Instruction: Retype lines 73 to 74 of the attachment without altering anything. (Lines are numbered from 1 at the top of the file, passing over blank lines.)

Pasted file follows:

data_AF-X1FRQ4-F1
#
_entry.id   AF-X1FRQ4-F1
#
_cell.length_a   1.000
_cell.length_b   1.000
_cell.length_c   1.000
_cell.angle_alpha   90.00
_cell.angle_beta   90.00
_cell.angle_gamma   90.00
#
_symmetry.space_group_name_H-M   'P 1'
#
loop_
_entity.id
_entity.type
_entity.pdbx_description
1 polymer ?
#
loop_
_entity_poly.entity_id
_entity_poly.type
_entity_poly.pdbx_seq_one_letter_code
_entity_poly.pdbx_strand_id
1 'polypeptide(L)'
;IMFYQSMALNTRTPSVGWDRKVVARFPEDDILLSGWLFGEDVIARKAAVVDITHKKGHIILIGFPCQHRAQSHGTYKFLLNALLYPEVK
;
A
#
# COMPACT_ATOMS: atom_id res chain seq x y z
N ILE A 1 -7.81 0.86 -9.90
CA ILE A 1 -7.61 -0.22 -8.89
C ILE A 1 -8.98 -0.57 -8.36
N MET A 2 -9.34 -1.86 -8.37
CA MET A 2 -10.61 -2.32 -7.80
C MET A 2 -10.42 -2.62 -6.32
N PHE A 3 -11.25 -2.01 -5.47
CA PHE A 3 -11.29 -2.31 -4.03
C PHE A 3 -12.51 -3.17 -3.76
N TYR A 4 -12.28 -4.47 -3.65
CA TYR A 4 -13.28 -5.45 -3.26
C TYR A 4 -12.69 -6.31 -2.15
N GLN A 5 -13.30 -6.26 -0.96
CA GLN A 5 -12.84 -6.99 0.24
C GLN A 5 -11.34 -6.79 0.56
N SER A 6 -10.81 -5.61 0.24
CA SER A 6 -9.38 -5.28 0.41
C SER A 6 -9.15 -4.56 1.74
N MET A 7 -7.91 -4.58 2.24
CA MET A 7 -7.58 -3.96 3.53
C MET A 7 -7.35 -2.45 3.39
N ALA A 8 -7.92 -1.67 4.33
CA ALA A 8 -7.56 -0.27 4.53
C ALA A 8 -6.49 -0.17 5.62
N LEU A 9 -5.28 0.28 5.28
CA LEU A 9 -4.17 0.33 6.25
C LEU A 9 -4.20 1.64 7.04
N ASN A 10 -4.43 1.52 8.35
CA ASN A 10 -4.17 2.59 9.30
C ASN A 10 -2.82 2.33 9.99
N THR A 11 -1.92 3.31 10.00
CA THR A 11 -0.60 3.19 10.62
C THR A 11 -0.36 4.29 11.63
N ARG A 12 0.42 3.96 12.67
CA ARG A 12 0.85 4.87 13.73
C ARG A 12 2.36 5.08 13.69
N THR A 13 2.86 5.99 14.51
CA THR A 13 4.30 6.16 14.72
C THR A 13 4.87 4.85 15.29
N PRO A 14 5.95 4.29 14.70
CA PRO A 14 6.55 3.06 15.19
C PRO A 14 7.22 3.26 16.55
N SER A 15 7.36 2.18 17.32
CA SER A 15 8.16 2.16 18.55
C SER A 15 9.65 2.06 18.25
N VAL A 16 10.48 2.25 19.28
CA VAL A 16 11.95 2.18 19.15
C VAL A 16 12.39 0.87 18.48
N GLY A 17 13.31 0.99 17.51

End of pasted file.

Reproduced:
N SER A 15 7.36 2.18 17.32
CA SER A 15 8.16 2.16 18.55